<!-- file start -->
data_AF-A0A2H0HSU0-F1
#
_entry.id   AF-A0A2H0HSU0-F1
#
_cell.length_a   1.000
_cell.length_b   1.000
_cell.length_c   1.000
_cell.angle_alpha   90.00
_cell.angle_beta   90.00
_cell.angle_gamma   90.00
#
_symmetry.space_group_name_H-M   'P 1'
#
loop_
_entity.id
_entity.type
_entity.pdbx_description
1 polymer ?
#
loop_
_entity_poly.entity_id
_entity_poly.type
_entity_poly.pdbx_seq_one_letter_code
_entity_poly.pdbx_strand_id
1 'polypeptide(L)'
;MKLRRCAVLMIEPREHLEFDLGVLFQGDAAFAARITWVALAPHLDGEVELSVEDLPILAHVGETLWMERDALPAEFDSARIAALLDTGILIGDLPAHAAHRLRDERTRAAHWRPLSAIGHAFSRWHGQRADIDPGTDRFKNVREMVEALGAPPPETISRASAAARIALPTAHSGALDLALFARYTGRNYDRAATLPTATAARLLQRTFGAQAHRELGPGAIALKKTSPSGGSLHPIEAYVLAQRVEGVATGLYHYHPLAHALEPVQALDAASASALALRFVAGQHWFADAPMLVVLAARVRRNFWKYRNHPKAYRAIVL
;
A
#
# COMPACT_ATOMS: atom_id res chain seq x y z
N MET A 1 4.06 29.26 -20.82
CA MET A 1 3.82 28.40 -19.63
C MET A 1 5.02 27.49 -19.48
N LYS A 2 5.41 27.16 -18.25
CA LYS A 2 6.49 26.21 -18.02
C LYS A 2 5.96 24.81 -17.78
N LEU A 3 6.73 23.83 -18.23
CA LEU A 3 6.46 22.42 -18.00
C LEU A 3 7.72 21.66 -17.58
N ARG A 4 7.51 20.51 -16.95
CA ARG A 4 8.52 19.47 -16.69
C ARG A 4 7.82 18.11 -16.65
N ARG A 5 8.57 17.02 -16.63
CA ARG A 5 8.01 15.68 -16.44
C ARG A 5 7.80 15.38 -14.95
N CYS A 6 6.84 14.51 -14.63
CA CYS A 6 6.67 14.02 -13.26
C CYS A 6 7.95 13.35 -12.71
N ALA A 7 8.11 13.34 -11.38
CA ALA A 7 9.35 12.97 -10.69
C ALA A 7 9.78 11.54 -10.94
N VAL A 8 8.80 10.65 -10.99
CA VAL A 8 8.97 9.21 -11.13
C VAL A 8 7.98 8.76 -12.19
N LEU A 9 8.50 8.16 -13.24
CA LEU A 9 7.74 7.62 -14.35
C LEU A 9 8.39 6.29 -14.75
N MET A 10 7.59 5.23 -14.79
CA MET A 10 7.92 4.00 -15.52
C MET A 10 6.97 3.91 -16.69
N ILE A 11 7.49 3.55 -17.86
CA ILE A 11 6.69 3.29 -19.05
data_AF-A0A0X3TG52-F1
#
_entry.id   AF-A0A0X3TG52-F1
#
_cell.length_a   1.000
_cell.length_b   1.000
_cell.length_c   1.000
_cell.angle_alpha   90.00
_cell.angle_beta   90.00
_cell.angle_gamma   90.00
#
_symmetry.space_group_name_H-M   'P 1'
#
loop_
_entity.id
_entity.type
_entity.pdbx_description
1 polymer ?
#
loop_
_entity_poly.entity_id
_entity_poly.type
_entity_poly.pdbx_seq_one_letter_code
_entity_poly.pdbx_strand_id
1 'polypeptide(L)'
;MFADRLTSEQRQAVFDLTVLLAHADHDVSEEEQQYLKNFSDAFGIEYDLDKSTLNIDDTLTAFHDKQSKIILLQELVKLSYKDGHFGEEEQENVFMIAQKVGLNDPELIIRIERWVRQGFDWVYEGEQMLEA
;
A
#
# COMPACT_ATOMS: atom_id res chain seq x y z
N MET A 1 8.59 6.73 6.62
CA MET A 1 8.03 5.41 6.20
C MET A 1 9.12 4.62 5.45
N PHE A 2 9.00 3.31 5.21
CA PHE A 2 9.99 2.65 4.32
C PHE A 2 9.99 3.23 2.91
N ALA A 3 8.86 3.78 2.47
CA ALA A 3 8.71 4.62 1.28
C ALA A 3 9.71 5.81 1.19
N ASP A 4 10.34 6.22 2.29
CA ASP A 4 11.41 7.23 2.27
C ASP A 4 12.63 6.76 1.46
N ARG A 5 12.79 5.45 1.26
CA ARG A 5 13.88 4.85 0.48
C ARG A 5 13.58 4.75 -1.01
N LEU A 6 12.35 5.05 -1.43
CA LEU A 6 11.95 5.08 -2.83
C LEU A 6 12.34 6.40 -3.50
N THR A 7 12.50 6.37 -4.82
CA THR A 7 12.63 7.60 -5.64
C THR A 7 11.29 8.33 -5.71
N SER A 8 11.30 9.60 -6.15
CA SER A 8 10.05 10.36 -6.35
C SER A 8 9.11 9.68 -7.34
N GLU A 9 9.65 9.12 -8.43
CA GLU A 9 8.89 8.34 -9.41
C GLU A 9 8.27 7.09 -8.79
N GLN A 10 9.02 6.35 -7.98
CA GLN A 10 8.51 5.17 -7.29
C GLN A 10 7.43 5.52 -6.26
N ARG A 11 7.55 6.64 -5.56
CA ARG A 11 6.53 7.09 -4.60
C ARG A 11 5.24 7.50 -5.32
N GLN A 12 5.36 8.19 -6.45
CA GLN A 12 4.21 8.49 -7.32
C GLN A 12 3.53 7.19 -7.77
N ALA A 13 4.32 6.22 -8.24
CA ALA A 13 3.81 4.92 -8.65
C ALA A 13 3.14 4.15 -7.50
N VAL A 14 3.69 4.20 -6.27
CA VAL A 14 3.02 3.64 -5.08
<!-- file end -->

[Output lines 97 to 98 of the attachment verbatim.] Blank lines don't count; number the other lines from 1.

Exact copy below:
CA PHE A 2 9.99 2.65 4.32
C PHE A 2 9.99 3.23 2.91